Sunday 28 November 2010

This Pit

Between number fifty-three Fox road and number fifty-seven should have been number fifty-five. Obviously. That stood to reason. It had been there yesterday. They had witnesses.

There was certainly the space for it. One house-sized gap. There just wasn’t a house. Or the land it had stood on.

Just a hole. A gaping pit.

Detective Sora Tanaka leaned over the edge and looked down. It was just like the picture in a book she had as a child, a cross-section of the top layers of the Earth’s surface. All it was missing were little colourful fact boxes by each of the strata.

Actually, that wasn’t all it was missing. It was missing a house. And Mr. and Mrs. Hawthorne, their son Jack and their Bulldog Lady Eleanor von Chocolate (Chocks for short).

“Careful boss, don’t know how stable that is.”

“I can’t see the bottom.” She replied without moving back.

Sergeant Browning left the constables keeping the crowd back and walked across the lawn to his detective. On the way over he picked up a chew toy, a red rubber Winston Churchill, and then he tossed it over the edge.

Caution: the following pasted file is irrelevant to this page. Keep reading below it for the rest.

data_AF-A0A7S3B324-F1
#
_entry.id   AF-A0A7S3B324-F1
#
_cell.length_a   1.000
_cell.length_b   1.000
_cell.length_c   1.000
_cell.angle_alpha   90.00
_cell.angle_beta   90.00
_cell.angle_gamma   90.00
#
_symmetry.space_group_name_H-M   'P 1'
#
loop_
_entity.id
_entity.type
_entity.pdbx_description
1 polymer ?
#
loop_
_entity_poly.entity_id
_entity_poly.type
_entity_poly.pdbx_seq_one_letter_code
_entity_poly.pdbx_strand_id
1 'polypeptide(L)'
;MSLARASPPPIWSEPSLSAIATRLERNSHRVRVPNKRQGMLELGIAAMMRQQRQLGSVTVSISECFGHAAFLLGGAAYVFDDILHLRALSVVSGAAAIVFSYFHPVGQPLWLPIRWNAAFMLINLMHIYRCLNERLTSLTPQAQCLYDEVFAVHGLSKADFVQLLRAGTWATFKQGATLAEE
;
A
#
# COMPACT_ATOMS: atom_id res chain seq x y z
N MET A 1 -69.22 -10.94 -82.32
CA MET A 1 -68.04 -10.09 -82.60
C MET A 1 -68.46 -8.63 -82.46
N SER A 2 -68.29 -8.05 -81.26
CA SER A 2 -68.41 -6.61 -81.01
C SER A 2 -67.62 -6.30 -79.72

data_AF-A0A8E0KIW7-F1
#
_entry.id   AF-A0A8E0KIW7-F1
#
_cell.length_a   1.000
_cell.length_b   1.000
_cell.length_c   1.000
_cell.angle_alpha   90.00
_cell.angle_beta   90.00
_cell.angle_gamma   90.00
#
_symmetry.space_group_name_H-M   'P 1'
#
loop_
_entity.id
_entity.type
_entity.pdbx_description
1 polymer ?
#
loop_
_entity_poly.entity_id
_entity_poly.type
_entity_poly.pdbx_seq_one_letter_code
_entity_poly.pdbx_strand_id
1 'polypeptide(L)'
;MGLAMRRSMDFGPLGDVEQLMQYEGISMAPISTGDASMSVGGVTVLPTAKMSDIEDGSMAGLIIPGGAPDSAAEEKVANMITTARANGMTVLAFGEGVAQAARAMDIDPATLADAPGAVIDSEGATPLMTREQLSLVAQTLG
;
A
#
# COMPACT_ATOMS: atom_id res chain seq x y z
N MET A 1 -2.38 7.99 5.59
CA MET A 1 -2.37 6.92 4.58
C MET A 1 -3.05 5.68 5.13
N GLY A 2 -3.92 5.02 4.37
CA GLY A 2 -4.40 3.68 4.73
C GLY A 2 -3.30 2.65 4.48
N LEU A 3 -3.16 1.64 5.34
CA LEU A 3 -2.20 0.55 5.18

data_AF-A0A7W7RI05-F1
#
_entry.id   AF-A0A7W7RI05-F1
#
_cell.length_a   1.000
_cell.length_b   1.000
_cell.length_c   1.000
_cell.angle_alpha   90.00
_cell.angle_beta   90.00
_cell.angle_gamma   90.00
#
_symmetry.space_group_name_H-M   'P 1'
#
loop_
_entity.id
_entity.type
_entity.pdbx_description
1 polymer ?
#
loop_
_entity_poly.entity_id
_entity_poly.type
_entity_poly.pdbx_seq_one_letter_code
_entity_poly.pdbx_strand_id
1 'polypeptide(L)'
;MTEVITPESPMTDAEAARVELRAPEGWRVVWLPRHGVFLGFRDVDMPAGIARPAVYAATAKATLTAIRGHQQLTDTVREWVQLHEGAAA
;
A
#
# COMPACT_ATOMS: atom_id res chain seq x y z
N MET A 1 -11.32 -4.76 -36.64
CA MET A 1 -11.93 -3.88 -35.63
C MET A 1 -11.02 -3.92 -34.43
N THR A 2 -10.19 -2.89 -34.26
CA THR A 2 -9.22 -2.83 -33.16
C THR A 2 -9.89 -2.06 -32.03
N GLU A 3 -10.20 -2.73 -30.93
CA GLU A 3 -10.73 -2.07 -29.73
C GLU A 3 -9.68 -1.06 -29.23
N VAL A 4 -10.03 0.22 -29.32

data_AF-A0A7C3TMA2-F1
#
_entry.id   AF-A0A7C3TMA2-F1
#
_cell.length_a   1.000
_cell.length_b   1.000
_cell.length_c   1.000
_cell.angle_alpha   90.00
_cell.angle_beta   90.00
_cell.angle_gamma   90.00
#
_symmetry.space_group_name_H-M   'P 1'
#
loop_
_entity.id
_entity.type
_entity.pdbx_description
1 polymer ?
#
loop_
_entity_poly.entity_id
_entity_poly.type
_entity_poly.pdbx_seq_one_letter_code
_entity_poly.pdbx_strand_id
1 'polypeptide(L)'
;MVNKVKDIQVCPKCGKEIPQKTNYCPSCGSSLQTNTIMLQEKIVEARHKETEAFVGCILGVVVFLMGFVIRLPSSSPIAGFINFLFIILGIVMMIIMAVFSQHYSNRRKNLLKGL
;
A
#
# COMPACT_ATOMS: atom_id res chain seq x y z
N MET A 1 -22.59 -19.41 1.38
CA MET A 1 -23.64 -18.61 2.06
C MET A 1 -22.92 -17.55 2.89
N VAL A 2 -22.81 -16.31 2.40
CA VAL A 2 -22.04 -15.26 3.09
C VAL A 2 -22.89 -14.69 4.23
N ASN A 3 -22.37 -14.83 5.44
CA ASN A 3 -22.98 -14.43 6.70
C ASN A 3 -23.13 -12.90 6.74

Sora looked at him and raised an eyebrow, “What part of ‘not disturbing the crime scene’ and ‘vital evidence’ involves throwing things into a one hundred percent genuine bottomless pit?”

“Hardly evidence, boss. They had a dog.”

“Attended many house-nappings have you, Browning? You know what constitutes evidence here, do you? And what’s up with your fingers?”

“Counting, boss. The evidence still hasn’t hit the bottom yet.”

“Genuine bottomless pit. I told you. Or, you know, it was made of rubber.”

Browning at least looked a little cowed at that. He picked up a red tricycle that was turned over beside him. It had a moulded smiling cartoon face on the handle bars and someone had stuck stickers of skulls on the seat.


He put the bike down. And this was the most promising sergeant they could assign her...

“So how do you go about stealing a massive hole, boss?”

“They didn’t steal the hole, sergeant. That’s the only thing they left behind. The question is, who even could steal a house?”

“Close.” A new voice commented. “Still not quite the right question though.”

They both looked to their left, where a stranger now stood peering down the hole. He had unruly dark hair, stubble and a tan trench coat. He looked like a TV detective. The constables at the cordon didn’t seem to have noticed someone had passed them.

“Who are you? What are you doing in my crime scene?”

“No.” The stranger said slowly, pondering, “No, someone has stolen your crime scene, detective. And the question should be, why?

“Hmmm...” He patted his pockets and looked around, as if he had misplaced his keys.